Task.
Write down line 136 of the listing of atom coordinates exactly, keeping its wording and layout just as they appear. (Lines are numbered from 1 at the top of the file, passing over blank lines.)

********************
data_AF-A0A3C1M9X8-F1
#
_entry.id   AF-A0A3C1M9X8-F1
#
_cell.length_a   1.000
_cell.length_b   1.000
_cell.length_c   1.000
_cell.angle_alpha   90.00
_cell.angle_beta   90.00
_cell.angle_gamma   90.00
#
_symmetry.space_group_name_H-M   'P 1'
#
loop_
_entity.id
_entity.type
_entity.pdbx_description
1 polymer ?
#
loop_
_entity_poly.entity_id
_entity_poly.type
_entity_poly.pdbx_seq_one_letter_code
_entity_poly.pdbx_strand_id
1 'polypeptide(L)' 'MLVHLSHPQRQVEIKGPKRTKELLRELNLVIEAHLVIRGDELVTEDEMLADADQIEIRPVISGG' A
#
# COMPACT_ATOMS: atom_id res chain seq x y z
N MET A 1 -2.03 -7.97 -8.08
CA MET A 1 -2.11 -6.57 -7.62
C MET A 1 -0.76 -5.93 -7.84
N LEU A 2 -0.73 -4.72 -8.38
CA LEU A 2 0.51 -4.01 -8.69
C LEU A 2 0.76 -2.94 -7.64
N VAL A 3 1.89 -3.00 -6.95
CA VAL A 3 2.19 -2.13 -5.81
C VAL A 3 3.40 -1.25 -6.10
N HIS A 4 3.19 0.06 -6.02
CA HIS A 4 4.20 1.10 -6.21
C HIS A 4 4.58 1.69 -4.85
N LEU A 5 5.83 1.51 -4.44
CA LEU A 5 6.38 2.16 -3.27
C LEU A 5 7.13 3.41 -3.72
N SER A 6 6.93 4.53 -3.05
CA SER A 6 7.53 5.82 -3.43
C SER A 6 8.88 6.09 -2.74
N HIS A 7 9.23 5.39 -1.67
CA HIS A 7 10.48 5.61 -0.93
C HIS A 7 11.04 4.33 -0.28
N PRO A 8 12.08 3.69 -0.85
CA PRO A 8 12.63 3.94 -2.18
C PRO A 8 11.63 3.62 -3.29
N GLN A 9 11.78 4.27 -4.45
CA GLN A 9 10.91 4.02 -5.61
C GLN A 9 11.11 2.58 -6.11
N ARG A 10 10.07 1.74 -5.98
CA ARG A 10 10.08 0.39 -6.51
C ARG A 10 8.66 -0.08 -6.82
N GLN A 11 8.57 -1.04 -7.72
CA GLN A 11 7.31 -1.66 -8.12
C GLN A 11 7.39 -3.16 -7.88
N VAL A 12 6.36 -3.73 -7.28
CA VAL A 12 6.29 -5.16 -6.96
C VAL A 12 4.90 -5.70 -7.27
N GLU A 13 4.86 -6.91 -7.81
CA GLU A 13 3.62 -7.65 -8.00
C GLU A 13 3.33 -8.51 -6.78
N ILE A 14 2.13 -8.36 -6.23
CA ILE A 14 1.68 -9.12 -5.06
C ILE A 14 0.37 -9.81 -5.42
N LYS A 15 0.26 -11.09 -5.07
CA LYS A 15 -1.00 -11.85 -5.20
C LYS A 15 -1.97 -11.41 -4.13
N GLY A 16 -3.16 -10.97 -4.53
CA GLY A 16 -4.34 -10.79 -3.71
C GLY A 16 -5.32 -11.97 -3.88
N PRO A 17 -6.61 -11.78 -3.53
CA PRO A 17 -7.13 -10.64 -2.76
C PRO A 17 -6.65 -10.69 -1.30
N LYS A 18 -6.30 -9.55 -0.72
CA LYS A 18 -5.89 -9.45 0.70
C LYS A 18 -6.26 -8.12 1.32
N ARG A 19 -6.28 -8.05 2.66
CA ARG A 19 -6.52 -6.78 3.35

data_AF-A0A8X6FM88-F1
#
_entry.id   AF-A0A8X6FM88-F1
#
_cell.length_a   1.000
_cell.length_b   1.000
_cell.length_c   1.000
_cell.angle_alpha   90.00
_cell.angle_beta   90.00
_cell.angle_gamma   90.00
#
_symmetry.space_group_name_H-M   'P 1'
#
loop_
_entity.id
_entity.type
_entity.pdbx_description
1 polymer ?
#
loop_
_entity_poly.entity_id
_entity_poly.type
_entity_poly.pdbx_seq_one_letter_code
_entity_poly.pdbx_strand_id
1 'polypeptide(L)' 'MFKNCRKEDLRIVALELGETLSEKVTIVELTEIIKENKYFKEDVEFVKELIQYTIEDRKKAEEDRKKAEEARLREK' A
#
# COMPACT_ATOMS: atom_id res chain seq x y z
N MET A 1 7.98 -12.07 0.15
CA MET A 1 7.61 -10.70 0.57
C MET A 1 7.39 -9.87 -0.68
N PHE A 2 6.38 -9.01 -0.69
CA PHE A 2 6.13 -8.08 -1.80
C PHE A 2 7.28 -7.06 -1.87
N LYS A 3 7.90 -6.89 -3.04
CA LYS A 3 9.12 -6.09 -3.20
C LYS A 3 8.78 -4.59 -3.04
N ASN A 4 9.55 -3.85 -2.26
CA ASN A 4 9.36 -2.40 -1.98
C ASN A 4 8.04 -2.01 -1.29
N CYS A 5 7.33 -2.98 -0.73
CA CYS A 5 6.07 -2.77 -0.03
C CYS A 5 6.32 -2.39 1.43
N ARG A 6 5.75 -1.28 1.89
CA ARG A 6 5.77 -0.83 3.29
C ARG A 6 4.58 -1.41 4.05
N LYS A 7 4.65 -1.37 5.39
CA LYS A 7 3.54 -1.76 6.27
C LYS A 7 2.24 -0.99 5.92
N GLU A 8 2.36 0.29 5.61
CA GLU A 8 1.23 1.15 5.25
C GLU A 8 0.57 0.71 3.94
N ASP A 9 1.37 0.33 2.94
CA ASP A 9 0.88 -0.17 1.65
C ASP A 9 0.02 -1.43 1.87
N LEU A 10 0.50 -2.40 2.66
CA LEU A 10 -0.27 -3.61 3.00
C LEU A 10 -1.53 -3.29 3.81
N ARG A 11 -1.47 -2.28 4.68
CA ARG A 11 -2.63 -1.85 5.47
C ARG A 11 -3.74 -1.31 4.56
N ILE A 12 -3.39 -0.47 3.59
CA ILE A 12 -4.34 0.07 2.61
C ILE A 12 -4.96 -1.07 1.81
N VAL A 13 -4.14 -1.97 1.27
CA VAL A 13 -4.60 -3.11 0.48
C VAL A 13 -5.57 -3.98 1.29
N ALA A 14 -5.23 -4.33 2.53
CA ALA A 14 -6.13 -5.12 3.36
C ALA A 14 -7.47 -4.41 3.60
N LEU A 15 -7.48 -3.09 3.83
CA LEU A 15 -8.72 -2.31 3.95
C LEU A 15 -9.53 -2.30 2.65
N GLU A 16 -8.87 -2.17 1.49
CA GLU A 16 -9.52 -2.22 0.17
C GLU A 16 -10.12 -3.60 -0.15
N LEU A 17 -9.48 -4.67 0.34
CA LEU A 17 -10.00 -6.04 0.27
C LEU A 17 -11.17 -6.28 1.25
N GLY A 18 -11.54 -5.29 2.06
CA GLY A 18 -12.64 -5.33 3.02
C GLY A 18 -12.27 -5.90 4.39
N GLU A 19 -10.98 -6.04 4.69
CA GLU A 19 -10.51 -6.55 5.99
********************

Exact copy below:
CA ASP A 9 0.88 -0.17 1.65